ABSTRACT: Babesiosis infections are infrequent, occur in limited geographic locations, and range from asymptomatic infection to severe illness and death.
Descriptive clinical and epidemiological information on human babesiosis cases was collated from state communicable disease reports and medical records of patients hospitalized from 1982 to 1993. Univariate and multivariate analyses were performed to determine prognostic factors associated with severe disease outcome (hospitalization ending in death, duration of hospitalization > 14 days, or intensive care unit stay > 2 days).
Between 1982 and 1993, 139 patients were hospitalized with babesiosis in New York State. Nine patients (6.5%) died, 35 (25.2%) were admitted to the intensive care unit, and 35 (25.2%) required hospitalization for more than 14 days. Mean age at first hospitalization was 62.5 years. Sixty-two percent were male, and 91% resided in Suffolk County, Long Island. The most common symptoms were fatigue/malaise/weakness (91%), fever (91%), shaking chills (77%), and diaphoresis (69%). Past medical records showed that 52% of patients had a history of chronic disease; 12% had a history of Lyme disease; 12% had undergone a splenectomy; and 2% had undergone a blood transfusion. There was a 12- to 14-day delay between onset of symptoms and initiation of appropriate antibiotic treatment. Univariate analyses showed alkaline phosphatase levels greater than 125 U/L, white blood cell counts greater than 5 x 10(9)/L, history of cardiac abnormality, history of splenectomy, presence of heart murmur, and parasitemia values of 0.04 or higher to be significantly associated with disease severity. Multiple logistic regression analyses indicated that male sex, alkaline phosphatase values greater than 125 U/L, and white blood cell counts greater than 5 x 10(9)/L remained strong predictors of severe outcome.
Human babesiosis is a rare but debilitating and potentially fatal illness, especially in the elderly. Prompt disease diagnosis and treatment are essential but are often delayed, as seen in our series. This delay reinforces the need for enhanced public and physician education targeted toward residents and visitors to the few high-risk geographic areas where disease and Ixodes scapularis ticks are endemic. Patients presenting with certain prognostic indicators (male sex, alkaline phosphatase values > 125 U/L, and white blood cell counts >5 x 10(9)/L) require comprehensive and aggressive medical care to prevent further deterioration. Since babesiosis is only 1 of 3 currently recognized diseases transmitted by I scapularis ticks, primary prevention recommendations will also reduce human exposure to Lyme disease and human granulocytic ehrlichiosis.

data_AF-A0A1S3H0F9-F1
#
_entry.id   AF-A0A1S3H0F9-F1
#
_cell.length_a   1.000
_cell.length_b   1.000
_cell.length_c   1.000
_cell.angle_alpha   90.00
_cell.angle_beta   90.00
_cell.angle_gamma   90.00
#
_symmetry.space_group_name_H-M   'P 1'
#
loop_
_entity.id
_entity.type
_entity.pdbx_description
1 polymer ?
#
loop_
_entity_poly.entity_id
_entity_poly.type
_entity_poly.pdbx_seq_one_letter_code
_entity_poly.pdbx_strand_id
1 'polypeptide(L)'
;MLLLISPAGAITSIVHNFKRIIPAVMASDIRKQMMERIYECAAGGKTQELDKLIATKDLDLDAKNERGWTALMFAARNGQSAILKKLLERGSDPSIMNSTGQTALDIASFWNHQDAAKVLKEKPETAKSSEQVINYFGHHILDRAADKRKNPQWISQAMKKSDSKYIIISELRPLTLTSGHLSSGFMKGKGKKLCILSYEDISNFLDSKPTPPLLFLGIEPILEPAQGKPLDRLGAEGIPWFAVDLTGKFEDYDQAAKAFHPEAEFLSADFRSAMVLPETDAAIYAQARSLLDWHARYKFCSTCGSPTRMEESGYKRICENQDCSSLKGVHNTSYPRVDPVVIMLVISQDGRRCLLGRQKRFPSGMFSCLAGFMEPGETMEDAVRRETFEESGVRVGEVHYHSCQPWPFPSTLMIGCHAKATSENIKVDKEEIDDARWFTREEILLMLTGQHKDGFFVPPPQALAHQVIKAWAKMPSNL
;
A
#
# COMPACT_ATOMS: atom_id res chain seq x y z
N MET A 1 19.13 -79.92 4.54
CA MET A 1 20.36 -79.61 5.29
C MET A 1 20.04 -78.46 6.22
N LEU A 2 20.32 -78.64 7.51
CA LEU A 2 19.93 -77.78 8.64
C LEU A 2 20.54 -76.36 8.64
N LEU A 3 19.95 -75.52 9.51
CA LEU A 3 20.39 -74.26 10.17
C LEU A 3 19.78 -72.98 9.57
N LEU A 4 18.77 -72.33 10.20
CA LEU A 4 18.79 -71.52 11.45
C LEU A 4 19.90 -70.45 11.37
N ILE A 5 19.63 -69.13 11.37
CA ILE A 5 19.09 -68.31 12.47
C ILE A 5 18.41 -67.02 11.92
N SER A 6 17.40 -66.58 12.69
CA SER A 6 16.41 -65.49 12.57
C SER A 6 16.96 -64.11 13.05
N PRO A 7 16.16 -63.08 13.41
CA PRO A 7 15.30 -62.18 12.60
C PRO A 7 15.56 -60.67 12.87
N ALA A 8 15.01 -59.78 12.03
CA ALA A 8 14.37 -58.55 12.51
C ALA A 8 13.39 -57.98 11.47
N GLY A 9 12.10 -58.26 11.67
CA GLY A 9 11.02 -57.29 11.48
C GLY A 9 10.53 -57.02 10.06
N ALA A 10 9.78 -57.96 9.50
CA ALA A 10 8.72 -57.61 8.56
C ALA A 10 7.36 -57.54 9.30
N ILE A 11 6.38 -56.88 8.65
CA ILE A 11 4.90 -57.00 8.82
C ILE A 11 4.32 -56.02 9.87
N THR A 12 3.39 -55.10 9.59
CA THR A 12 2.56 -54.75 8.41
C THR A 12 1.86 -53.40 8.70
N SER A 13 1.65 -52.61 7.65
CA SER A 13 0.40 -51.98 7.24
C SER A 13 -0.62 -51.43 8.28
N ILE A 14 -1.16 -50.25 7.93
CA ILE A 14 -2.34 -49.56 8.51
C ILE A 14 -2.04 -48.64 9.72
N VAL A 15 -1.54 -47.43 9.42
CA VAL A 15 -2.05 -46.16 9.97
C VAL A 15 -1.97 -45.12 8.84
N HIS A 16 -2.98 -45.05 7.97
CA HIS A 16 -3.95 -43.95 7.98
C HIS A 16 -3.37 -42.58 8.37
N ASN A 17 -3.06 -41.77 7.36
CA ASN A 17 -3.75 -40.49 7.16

Archives of Internal Medicine 10/1998; 158(19):2149-54. · 11.46 Impact Factor
ABSTRACT: To determine the adequacy of well-child care services using a population-based study.
The medical records of all county providers and the immunization records at the local health department were reviewed. A county birth cohort, identified using electronic birth certificates, was compared with those who migrated into the area (hereafter, in-migrants).
All primary care sites (private, network, etc) in a rural county.
Two-year-old children born between May 31, 1993, and May 30, 1994.
Immunization rates and preventive screenings.
A total of 674 medical records were reviewed. Of these, 377 (56%) belonged to a county birth cohort and 297 (44%) were in-migrants. Medical records of 64% of the birth cohort were reviewed. Among all 2-year-olds, 80% received 4 doses of diphtheria and tetanus toxoids and pertussis vaccine; 89%, 3 doses of Haemophilus influenzae type b (Hib); 75%, 4 doses of Hib; 77%, 3 doses of hepatitis B vaccine; 85%, measles-mumps-rubella vaccine; 85%, 3 doses of oral poliovirus vaccine; 17%, varicella live virus vaccine (Varivax). The 4:3:1 rate was 75% at age 2 years. Sixty-eight percent had had 1 hematocrit, 74% had 1 lead screening test, and 43% had 2 lead screening tests. A total of 64% had had 6 well-child visits and 30% had had 9. The mean number of weights and heights measured was 4.8 and 4.5, respectively, at age 1 year and 7.3 and 6.8, respectively, at age 2 years. The birth cohort had notably higher rates of documented immunization and preventive screening than in-migrants.
This study demonstrated immunization coverage at or below the national average, and well-child care service provisions below American Academy of Pediatrics standards at a county level. This study enabled individual primary care sites to assess their well-child care provision and provided a useful baseline for targeting the improvement of well-child care services in the county.
Archives of Pediatrics and Adolescent Medicine 09/1998; 152(8):745-8. · 4.14 Impact Factor
ABSTRACT: Two publicly funded programs, the Special Supplemental Food Program for Women, Infants and Children (WIC) and Aid to Families with Dependent Children (AFDC), serve large numbers of children who may be at risk for poor immunization status. A review of the literature as well as conference abstracts and program reports for studies of immunization initiatives carried out in these settings was conducted. Although the available literature is limited, it does indicate that children in these programs have low immunization levels and that interventions to improve their immunization status can be successful. Measures to improve immunization status should be implemented through WIC and AFDC.
Journal of public health management and practice: JPHMP 02/1996; 2(1):26-33. · 0.96 Impact Factor